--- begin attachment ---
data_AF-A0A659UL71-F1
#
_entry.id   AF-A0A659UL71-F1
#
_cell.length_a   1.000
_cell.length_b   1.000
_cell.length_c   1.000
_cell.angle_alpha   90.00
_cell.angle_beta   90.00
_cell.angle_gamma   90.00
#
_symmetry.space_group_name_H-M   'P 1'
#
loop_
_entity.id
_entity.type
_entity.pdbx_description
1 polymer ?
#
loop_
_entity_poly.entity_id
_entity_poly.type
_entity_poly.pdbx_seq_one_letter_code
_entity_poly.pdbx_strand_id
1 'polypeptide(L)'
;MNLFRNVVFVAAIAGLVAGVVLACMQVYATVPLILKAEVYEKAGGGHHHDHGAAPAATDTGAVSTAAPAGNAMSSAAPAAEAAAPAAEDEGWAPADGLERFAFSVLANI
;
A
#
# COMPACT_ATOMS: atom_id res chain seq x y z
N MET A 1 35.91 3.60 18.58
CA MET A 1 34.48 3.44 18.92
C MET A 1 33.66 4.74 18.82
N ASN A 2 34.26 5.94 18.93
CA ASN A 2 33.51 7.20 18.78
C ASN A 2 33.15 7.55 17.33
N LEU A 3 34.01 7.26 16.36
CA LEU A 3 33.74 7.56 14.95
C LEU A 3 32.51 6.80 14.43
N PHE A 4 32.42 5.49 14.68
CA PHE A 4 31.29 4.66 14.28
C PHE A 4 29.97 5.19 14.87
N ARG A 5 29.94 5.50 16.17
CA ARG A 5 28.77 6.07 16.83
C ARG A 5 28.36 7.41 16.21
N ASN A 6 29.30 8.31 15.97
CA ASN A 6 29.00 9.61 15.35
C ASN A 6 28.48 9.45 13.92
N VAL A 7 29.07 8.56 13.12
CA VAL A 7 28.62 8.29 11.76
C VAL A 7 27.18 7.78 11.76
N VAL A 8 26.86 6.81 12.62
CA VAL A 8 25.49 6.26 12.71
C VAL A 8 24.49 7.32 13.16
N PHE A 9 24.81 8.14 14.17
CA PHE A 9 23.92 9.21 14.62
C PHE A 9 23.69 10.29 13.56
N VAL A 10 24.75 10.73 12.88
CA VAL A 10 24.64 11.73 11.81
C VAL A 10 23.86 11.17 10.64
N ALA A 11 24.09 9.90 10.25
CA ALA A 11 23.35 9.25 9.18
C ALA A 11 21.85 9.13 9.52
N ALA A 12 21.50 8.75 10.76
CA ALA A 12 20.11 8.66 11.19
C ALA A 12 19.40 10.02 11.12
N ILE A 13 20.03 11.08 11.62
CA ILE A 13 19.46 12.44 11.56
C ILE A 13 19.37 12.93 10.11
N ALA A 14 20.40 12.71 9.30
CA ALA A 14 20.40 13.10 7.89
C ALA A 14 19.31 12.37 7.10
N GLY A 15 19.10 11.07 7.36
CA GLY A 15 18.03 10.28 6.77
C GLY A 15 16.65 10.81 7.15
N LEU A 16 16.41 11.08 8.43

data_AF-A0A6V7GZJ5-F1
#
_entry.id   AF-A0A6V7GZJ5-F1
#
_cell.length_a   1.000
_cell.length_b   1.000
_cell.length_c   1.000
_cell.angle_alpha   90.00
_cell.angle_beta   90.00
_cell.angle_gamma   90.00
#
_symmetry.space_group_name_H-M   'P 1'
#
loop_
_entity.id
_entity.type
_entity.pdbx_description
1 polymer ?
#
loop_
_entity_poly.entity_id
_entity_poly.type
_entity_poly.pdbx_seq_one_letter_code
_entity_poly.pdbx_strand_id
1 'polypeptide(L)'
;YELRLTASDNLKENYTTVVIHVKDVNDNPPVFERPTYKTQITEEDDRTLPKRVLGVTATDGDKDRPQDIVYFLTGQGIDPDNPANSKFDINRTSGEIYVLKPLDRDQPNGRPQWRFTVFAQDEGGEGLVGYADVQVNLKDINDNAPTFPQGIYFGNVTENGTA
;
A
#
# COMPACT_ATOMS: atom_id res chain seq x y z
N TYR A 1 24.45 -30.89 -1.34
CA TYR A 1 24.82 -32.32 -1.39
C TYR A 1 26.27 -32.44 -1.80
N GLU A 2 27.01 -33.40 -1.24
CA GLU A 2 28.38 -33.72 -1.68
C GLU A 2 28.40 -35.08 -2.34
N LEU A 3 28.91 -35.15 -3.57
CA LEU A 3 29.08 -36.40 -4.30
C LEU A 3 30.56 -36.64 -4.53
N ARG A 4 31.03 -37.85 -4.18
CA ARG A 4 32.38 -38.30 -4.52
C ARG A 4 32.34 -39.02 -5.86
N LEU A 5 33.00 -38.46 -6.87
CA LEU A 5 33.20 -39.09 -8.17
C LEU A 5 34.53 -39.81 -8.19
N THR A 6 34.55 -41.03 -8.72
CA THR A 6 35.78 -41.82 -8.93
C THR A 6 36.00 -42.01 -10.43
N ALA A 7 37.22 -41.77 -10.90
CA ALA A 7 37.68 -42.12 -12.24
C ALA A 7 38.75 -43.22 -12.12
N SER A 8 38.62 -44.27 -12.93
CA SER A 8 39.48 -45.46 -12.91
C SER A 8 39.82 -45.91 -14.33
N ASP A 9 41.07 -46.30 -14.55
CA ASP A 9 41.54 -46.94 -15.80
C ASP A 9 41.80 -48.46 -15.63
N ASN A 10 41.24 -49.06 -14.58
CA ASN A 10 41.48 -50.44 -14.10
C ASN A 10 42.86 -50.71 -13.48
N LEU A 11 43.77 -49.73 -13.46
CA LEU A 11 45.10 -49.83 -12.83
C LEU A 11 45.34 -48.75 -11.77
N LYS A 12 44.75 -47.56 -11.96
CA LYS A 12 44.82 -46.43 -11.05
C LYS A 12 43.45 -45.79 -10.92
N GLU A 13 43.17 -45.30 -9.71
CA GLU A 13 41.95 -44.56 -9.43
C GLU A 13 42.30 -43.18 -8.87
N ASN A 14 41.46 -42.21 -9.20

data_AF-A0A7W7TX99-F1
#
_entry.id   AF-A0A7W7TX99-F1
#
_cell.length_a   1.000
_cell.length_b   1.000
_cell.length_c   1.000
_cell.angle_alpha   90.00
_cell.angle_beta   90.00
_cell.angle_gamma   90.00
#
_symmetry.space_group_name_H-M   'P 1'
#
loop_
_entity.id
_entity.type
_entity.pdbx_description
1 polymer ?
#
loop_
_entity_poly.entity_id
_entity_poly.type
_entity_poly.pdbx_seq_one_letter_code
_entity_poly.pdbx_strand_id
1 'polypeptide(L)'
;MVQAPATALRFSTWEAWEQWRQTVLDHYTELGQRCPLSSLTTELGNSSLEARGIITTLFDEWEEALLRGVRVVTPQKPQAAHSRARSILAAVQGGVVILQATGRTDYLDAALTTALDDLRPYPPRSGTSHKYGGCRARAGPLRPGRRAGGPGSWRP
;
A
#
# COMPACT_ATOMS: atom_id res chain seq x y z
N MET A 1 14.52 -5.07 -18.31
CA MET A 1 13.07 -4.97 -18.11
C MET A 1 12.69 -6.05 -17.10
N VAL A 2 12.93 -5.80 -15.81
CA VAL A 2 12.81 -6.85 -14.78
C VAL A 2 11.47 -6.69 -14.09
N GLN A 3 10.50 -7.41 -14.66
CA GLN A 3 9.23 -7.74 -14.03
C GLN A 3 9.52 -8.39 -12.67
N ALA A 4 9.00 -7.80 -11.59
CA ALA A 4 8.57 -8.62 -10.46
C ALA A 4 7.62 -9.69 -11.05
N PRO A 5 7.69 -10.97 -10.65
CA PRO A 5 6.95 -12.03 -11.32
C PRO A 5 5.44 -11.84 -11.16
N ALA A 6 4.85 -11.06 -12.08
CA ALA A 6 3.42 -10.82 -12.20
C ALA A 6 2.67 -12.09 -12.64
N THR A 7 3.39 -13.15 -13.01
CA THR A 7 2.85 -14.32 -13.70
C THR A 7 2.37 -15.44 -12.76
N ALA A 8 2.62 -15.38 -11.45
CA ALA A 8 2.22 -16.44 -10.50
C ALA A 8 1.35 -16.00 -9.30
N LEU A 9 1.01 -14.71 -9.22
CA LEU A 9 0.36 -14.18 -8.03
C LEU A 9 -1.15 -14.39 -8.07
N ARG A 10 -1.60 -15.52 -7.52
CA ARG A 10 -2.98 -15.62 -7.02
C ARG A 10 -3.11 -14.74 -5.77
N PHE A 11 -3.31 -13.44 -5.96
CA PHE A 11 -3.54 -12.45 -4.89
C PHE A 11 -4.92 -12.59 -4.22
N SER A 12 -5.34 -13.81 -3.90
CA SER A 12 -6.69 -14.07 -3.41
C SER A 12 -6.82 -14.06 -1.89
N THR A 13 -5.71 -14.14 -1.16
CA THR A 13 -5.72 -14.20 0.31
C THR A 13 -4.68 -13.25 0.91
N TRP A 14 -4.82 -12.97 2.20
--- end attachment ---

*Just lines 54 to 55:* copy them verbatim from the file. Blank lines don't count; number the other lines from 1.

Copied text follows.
C VAL A 8 24.49 7.32 13.16
N PHE A 9 24.81 8.14 14.17